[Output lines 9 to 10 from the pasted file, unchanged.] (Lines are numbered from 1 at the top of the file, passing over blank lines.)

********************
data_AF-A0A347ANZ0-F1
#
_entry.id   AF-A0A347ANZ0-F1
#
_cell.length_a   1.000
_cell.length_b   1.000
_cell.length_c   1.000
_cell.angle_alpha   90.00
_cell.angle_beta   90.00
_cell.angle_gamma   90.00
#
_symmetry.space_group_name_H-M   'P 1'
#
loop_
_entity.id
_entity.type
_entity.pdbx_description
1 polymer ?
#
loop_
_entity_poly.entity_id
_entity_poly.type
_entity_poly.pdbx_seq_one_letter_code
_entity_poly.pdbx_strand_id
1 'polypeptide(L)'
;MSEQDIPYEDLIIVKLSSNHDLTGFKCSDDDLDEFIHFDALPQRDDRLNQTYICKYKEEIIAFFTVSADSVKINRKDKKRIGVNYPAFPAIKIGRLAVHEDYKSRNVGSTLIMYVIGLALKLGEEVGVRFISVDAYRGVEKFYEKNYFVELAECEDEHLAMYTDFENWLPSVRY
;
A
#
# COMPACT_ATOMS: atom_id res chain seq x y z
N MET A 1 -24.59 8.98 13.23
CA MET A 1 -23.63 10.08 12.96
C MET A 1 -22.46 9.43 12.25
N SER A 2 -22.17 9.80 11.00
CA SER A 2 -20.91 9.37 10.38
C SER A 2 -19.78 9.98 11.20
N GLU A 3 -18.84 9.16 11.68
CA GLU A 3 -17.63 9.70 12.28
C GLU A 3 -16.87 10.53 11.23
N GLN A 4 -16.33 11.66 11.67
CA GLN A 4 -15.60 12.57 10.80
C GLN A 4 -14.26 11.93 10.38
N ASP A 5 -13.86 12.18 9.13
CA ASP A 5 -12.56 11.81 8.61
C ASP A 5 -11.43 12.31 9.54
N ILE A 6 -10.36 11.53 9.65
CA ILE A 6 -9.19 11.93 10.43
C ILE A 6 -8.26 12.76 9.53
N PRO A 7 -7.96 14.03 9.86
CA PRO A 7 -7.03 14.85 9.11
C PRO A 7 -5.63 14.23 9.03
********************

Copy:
_cell.angle_beta   90.00
_cell.angle_gamma   90.00